Category Archives: Security

Here you can find posts about software security, vulnerability research, fuzzing, Java Security Libraries, and common security-related topics.

Fuzzing and code coverage analysis

Code coverage analysis is used in software testing to discover untested pieces of an application. Gathering code coverage data may also be useful for fuzzing. Basically it may help to figure out which parts of a program were not reached during fuzzing. This info can then be used to improve the fuzzer.

Let’s try to gather some code coverage data during fuzzing. As an example, we’re going to test picotls with tlsbunny. Picotls is an implementation of TLS 1.3 protocol written in C, and tlsbunny is a framework for building negative tests and fuzzers for TLS 1.3 implementations. We’re going to use gcov for gathering code coverage data, and lcov for creating a report.

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Integrating OWASP Dependency Check in to development process

OWASP Dependency Check is a well known open-source tool which can track dependencies in your project and identify components with known published vulnerabilities. The tool supports multiple languages and platforms such as Java, .NET, Ruby and Python. One of the simplest ways how you can use Dependency Check in your project is just to run it manually. This way has at least one disadvantage: you have to make sure that you run the tool regularly. Fortunately there is a couple of ways how you can automate this process.

But unfortunately sometimes it’s not enough just to automate something. If the tool reports a vulnerability it means someone has to fix it. At least it would be good to evaluate the problem. In a perfect world, all issues are addressed immediately, but in the real world, development teams always have no time for that. Besides integrating Dependency Check to CI/CD, there may be a couple of other steps to get vulnerable dependencies updated.

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An overview of secure usage of TLS

Here is a brief overview which describes how TLS can be used for establishing a secure TLS connection. First, we briefly discuss what SSL/TLS protocols are. Next, we’ll talk about secure TLS protocol versions and parameters. Finally, we’ll describe how TLS can be parametrized securely.

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Extracting secrets from machine learning systems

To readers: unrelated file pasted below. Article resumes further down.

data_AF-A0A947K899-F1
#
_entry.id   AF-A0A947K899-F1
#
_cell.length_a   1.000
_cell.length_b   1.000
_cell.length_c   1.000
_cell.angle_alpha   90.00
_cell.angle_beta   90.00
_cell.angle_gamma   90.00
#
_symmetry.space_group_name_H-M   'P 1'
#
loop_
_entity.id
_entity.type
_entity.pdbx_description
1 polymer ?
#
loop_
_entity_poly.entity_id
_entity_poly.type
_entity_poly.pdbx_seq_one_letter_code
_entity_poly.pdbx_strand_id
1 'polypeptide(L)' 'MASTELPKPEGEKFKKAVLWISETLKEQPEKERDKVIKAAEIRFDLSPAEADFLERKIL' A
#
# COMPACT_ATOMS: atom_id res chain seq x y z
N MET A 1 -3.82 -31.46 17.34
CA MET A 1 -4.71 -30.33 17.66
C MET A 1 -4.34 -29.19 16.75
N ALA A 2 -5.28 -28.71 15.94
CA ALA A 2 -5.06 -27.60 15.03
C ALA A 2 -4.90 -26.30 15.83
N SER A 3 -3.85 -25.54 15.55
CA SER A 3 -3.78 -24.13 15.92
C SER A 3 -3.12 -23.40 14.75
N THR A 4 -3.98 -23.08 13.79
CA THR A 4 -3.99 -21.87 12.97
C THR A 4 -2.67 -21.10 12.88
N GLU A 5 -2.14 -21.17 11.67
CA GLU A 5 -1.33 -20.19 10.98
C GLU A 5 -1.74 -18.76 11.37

For those who are interested in machine learning and/or security, here is a research which discusses extracting secrets from machine learning systems:

The authors say deep learning models can memorize secrets which the training data may contain. Then the authors provide a couple of algorithms which were successfully used for extracting sensitive data from black box machine learning systems. The authors also show that unintended memorization is not the result of overfitting. Finally, they discuss several ways to mitigate the problem.

According to Mr. Schneier, there is a lot more research to be done here. So good luck :)

Running Java with AddressSanitizer

OpenJDK and AddressSanitizer are well-known open source projects. OpenJDK sources contain C/C++ code which may be affected by memory corruption issues and memory leaks. Such issues may be detected at runtime with memory checkers like AddressSanitizer. Now it’s going to be easier to use AddressSanitizer for OpenJDK development to check for memory corruptions and leaks.

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New bug bounty programs on HackerOne for open source libraries

There are a couple of new bug bounty programs on HackeOne for popular open source libraries:

  • libcap
  • ImageMagick
  • libpng
  • GraphicsMagick
  • curl
  • tcpdump

They just started on last week (Sep 22nd, 2017). You can find the rules, scope and other details on HackerOne

Those are well-known tools and libraries, and they have already gotten quite much attention from the security community. So, looks like it’s going to be challenging to discover new issues there. Looking for a challenge? This may be a good one for sure. By the way, minimum bounty is $500. Not too much, but you also are going to get some credit for making the world better.

The libraries are mostly written in C/C++, so you may want to start with fuzzing. Although, if you search for fuzzing results for the libs above, you are going to find that security researches put some effort on it. On the other hand, it’s never worse to try even harder. Someone can also contribute to Google’s OOS-fuzz project, and add support for fuzzing those libraries. OSS-fuzz already has libpng and curl, but seems like there may be some room for libcap, ImageMagick, GraphicsMagick and tcpdump.

Good luck!

LDAP injections

Everybody knows about SQL injections. It’s like a celebrity in the world of software security. But there are much more many different types of injection attacks which may feel jealous about popularity of SQL injections. That’s not fair. Let’s try to feel the gap, and talk about LDAP injections.

Версия на русском.

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Global buffer overflow

There are a lot of articles, posts, and even books which describe a stack buffer overflow. There are a little less stuff about heap buffer overflows. But there is one more thing which you can overflow – buffers in global memory. Although all of those types of issues are very similar, let me try to fill this little gap with global buffer overflows.

Русская версия

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